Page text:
A Baltimore police lieutenant who gambled with his career by allegedly falsifying hours while based at the Horseshoe Casino was arrested this morning on felony theft charges.
Police say they had investigators from their Office of Professional Responsibility look into Steven Bradshaw, a 21-year veteran of the force, while he was working at the South Baltimore gambling spot. Between April and May, they found he wasn’t showing up for his scheduled shifts and was forgoing documentation of days he took off and filing overtime hours that he didn’t work, according to department spokesman T.J. Smith.
“Instances like this jeopardize public trust of the police department,” said Baltimore Police Commissioner Kevin Davis in a statement. “Anyone who wears this uniform or works for this agency in any capacity should know that this type of behavior will not be tolerated.”
A release from Smith describes Bradshaw’s behavior as a “continuing and repetitive course of action” during those two months.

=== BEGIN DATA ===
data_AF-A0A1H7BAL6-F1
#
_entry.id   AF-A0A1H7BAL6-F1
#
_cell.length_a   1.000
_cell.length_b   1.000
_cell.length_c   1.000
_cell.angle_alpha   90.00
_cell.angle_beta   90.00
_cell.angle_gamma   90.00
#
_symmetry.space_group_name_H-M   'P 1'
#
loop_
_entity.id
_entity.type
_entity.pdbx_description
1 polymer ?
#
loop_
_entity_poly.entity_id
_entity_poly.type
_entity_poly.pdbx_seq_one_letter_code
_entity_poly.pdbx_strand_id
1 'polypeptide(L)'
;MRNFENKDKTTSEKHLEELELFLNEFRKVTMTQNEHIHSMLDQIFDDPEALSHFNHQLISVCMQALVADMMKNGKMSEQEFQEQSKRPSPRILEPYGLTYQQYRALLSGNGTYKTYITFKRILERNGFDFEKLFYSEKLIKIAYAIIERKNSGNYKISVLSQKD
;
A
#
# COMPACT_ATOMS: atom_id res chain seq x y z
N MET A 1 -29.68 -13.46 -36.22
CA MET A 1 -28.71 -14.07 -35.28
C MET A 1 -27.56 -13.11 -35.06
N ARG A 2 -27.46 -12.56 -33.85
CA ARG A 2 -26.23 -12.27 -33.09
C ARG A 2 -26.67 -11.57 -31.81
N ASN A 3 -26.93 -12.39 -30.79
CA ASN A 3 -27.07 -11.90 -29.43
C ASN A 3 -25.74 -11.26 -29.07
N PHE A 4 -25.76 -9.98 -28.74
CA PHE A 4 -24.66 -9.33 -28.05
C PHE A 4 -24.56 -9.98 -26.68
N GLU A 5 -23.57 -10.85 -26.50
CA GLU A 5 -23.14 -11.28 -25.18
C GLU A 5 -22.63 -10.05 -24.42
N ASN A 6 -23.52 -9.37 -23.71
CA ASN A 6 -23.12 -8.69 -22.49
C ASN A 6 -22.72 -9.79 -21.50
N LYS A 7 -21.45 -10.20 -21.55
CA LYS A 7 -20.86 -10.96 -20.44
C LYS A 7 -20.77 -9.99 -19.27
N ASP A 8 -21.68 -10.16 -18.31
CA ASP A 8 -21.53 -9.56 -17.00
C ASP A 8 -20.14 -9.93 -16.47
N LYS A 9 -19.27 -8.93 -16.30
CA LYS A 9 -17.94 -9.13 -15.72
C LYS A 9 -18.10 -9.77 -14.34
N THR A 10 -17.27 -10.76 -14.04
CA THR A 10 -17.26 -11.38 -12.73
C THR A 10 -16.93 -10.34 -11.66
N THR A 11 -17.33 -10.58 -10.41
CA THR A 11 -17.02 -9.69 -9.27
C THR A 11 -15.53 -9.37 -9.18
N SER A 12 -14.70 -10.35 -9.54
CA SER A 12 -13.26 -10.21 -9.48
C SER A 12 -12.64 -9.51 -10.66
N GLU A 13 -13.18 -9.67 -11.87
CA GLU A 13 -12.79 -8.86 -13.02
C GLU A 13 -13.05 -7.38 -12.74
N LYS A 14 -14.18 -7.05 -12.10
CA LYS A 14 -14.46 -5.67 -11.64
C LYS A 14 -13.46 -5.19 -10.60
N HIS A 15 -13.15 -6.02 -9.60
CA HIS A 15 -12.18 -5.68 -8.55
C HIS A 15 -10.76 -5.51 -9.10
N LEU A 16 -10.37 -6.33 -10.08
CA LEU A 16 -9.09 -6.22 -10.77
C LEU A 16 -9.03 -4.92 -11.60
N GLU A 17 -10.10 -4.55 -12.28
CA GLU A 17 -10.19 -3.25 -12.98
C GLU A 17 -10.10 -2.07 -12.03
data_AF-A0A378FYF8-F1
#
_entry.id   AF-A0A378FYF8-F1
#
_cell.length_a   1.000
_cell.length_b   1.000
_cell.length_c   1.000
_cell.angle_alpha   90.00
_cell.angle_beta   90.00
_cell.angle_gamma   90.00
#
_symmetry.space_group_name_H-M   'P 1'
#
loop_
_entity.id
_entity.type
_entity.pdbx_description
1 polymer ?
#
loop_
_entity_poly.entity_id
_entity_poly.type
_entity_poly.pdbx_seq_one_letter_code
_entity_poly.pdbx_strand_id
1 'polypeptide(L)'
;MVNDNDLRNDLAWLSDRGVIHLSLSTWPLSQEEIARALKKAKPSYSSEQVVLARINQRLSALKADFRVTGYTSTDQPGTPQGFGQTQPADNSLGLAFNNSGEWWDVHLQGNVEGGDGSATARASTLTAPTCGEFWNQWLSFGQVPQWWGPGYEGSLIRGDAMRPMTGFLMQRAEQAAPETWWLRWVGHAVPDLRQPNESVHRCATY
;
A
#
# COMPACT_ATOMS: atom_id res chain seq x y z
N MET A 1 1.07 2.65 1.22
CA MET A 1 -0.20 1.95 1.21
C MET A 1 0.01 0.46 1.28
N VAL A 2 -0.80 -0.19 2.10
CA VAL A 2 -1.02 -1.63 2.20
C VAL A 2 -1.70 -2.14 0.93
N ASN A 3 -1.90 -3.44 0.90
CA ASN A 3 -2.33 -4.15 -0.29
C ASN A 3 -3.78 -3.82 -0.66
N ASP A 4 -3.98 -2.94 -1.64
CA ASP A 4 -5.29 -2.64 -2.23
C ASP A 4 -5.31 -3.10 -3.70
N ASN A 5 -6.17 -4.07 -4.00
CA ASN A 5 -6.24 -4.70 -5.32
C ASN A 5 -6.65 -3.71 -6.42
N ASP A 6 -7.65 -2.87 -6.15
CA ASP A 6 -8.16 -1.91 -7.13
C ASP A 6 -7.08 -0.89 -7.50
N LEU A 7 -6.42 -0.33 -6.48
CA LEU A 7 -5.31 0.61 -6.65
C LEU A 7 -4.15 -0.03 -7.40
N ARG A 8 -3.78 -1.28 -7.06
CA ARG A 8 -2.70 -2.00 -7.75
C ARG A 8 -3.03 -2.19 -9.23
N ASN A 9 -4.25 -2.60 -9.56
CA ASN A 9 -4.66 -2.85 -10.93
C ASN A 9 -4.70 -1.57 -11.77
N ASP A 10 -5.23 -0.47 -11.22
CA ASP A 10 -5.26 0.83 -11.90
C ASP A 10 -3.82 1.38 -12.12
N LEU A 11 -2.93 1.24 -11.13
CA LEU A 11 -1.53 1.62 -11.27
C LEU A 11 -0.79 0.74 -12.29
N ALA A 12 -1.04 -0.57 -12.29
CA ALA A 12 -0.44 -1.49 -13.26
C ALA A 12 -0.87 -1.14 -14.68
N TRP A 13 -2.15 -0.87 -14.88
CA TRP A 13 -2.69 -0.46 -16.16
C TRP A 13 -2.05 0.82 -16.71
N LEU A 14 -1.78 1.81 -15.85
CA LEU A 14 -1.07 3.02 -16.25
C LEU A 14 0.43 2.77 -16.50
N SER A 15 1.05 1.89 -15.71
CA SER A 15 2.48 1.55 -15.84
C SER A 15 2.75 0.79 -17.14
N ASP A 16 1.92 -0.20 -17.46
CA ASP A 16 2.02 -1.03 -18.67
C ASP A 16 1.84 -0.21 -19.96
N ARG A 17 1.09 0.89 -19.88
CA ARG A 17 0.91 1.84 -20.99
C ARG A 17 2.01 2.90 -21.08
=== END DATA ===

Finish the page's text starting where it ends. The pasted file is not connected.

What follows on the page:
The city’s salary database shows Bradshaw made an annual base salary of roughly $106,000 last year, but made more than $170,000 in gross pay.
Asked exactly how many hours he logged and how much extra money he made during the course of the investigation, a department spokeswoman said only that “the investigation is ongoing.” The Sun reports it amounts to more than $8,600.
Bradshaw, 44, is charged with two counts of felony theft of between $1,000 and $10,000, as well as two misdemeanor counts of unauthorized removal of property. Court records didn’t list an attorney with his name.
Bradshaw was released today after posting $15,000 bond. His court date is set for June 27. In the meantime, he’s been suspended without pay, according to Smith.
The arrest comes nearly three months after seven Baltimore police officers who were indicted on racketeering charges were accused of defrauding the city by falsifying overtime hours, among other corrupt behavior.
In response, Mayor Catherine Pugh promised to audit the Baltimore Police Department’s overtime budget. City Council President Jack Young also said afterward that the city would cut into the department’s overtime reserves to help fill in a major deficit for Baltimore City Public Schools.
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